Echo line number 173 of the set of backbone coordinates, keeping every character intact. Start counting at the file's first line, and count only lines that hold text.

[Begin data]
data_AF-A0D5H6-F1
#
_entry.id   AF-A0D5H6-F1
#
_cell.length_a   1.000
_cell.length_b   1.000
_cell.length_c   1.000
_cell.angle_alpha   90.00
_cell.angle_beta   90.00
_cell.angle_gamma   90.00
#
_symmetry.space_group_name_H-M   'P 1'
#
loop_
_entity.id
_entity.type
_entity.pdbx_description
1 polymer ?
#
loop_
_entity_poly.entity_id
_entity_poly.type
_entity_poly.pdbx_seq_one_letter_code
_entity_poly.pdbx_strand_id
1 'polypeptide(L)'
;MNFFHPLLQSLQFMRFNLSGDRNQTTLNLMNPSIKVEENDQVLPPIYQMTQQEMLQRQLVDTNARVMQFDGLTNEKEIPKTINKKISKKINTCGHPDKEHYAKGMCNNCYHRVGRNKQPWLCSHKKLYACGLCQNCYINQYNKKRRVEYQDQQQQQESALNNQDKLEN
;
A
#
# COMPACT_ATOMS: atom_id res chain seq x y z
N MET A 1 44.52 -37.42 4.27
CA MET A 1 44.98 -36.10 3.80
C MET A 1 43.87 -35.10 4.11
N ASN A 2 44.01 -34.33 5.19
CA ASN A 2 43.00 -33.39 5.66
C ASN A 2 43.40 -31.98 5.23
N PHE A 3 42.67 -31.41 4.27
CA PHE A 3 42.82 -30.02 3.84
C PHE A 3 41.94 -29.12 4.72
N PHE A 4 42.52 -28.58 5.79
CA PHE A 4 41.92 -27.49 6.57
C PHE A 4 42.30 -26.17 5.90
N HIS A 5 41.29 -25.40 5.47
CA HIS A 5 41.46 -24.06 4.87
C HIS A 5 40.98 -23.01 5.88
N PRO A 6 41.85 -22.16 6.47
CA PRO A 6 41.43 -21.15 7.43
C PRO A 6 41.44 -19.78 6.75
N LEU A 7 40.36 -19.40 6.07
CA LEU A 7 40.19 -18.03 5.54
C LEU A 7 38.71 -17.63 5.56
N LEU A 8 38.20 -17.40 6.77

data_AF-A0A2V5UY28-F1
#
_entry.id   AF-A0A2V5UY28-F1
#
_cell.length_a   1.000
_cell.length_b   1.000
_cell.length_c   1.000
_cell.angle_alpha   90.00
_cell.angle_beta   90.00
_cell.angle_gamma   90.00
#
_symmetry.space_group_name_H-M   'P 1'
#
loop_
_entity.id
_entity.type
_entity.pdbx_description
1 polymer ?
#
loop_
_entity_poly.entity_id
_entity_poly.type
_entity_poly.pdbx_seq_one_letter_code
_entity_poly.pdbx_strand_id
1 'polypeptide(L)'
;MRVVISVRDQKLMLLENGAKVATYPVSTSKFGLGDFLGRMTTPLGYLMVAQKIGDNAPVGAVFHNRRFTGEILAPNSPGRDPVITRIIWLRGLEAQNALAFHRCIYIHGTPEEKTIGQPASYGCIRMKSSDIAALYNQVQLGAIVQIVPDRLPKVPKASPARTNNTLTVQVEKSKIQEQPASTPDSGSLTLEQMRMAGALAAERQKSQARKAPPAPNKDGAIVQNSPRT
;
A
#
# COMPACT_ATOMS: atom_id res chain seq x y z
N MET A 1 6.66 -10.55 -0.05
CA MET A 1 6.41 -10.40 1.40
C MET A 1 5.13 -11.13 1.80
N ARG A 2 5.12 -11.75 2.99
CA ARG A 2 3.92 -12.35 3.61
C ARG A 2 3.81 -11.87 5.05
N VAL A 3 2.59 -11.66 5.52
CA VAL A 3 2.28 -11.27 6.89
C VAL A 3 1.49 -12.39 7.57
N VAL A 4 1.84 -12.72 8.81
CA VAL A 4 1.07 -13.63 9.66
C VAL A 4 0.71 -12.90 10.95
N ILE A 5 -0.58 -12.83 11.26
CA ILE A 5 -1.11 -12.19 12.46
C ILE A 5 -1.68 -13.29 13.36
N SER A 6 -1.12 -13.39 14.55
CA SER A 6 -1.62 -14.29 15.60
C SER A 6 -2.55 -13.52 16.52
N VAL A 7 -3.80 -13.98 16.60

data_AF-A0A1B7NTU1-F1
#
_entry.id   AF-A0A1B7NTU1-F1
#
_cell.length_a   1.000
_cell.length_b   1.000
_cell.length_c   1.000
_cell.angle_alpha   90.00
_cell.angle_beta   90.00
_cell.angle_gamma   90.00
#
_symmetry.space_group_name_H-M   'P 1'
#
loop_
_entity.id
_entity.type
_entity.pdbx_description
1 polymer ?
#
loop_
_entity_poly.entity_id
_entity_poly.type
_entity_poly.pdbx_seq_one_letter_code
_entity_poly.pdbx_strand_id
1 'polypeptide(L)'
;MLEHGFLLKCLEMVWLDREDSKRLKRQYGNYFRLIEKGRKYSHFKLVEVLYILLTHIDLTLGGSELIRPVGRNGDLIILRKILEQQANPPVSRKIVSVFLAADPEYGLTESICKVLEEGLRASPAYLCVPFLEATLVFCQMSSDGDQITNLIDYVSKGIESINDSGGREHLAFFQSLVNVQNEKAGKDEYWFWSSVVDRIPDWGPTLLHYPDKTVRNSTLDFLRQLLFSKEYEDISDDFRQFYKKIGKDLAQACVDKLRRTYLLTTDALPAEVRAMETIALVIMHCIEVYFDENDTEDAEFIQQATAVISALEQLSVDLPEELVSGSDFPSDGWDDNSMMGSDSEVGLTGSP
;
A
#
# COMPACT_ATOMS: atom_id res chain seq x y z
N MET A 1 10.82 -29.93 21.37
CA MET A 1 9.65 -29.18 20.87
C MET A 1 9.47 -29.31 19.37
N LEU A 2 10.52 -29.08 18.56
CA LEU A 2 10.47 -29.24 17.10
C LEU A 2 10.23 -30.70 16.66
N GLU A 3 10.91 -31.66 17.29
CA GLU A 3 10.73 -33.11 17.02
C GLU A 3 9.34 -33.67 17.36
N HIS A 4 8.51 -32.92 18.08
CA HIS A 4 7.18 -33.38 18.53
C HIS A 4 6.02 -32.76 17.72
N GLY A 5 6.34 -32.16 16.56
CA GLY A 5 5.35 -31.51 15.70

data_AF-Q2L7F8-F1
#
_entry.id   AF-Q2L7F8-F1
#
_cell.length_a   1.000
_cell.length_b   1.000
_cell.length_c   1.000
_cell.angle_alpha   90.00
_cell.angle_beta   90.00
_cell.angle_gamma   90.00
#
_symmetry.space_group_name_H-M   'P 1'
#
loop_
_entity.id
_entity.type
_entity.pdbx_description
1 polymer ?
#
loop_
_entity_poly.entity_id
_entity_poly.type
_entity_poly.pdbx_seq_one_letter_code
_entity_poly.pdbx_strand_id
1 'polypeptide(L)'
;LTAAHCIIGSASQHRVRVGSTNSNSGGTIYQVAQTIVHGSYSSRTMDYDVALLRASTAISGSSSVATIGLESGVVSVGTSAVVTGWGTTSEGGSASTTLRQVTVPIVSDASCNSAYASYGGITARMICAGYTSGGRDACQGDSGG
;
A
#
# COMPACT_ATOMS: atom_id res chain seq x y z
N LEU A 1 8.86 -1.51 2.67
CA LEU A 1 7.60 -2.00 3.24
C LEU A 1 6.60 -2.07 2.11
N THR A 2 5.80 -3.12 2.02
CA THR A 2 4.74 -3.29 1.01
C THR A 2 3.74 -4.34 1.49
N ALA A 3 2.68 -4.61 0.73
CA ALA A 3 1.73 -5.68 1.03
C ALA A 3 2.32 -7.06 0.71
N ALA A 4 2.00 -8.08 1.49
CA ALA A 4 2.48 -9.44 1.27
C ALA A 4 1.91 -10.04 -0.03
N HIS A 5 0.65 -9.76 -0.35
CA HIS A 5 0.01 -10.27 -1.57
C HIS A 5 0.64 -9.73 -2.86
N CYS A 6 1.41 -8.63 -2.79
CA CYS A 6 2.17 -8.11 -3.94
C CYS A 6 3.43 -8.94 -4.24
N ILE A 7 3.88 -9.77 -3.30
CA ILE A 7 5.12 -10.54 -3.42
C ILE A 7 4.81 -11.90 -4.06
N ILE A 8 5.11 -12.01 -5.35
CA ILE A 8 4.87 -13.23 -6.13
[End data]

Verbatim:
A